Here is where the missionary message comes in. That temple is nearly completed; it won’t be long until the last piece of material will be set in place and then the Lord will take the entire church out of this world to be with Himself in yonder glory. Our business now is to be occupied with building that Church and going out after those who seem worthless, to go after those with whom it would seem nothing could be done; but when they believe the Gospel, God in His matchless grace transforms them and makes them His own. The Apostle Peter said, “To whom coming as unto a living stone, disallowed indeed of men, but chosen of God, and precious, ye also as lively stones, are built up a spiritual house.” And so it is our business, then, to go out and get the material to build living stones into that house.
If we are going out, as we have been commissioned, to take the Gospel to others and carry on a great world-wide missionary program, conditions are such in this world that it demands constant sacrifice and self-denial. God told Moses to tell the people to bring in all that was needed for the construction of the house of God, but to tell them to bring a willing heart. He did not want anything given grudgingly. He did not want a gift from those who said, “I hate to part with it, but I must keep up appearances.” Moses said, “We don’t want gifts from them. Those who give must give willingly.”
They came from all the families of Israel. Here comes a man with a talent of silver and puts it down, and here comes another man with a great purse of gold. Here is a poor woman who hadn’t much to give but she sheared a couple of goats and wove the wool into part of a goat’s hair curtain. Here is one who can’t bring silver and gold but brings copper. I think he is in pre-eminence today! God has been using gold, silver and copper in the building of His work, and I think if you were to put it as Paul puts the three graces, you would say, Now abideth gold, silver, copper; but the greatest of these is copper! It is wonderful how much work of the Lord has been made possible by the people who were only able to give the copper; but God has been able to do what all the alchemists of the Middle Ages were not able to do—He has transmuted it into pure gold for His honor and glory.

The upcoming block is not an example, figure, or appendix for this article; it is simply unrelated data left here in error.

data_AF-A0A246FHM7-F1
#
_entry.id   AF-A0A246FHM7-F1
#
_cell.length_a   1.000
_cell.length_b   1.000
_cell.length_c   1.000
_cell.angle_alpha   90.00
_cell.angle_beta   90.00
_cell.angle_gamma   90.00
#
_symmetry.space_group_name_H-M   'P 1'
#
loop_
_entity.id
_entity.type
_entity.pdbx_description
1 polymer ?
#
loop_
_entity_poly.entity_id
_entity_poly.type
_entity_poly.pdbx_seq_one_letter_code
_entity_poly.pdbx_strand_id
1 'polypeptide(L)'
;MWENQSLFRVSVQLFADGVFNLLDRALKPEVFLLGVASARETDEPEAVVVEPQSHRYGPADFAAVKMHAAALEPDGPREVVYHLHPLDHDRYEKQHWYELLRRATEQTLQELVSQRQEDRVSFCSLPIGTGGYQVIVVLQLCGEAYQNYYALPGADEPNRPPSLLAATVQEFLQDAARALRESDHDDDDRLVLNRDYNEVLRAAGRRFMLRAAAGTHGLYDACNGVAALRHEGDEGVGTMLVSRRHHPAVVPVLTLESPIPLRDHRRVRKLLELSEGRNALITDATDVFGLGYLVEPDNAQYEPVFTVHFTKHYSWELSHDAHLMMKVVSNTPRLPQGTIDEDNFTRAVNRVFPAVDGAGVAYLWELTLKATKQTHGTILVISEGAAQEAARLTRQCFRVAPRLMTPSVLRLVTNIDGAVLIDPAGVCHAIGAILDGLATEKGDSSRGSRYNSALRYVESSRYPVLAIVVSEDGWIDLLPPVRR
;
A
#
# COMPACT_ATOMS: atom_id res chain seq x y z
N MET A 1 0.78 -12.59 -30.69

They came and brought their gifts so gladly and of such quantity that the builders finally came to Moses and said, “We are swamped; we already have more than we need, you must tell the people to stop.” Just think of some church, where one would have to meet the people at the door, crying, “Stop! Don’t bring any more. We don’t know what to do with it.” Wouldn’t it be great! Well, dear friends, we will have the privilege today of seeking to emulate those men of old. The Moody Memorial Church has something over 100 missionaries who have gone out to carry the message to the heathen. They are seeking those who can be builded into the house of God and made a habitation for the Holy Spirit. Of that number who have gone out, we fully support 70. You know what that means. Every year we find it necessary to raise $40,000 just for their bare support. When it comes to furloughs, passages and so forth, we have to raise more; but it is marvelous how year after year the means have come in—not from wealthy people, but from those in moderate circumstances who give out of love for Christ.
A year ago at this time our cash and pledges amounted to $37,148.40 but during the year the amount that has come in is $45,868.03. You will say, You got more than you needed. $8,719 above the amount pledged. We needed it all. Our missionary committee tells me we have at the present time a number of sick and worn missionaries who should be home on furlough but on account of war conditions, depletion of missionaries, many are remaining overtime although in poor physical condition. Our missionary committee has figured it out this way—we need the customary $40,000 and another $7,000 to pay the traveling costs of these dear people. The traveling costs are exorbitant today but you can’t send the bill to those responsible in Europe. It is so very unsafe to travel but we want to do our part and so one Sunday a year we take the time at our three services to make our gifts and our pledges in order that we may stand behind our missionaries and help build the house of God.
In response to the annual plea, contributions and pledges came in amounting to over $36,000 to date.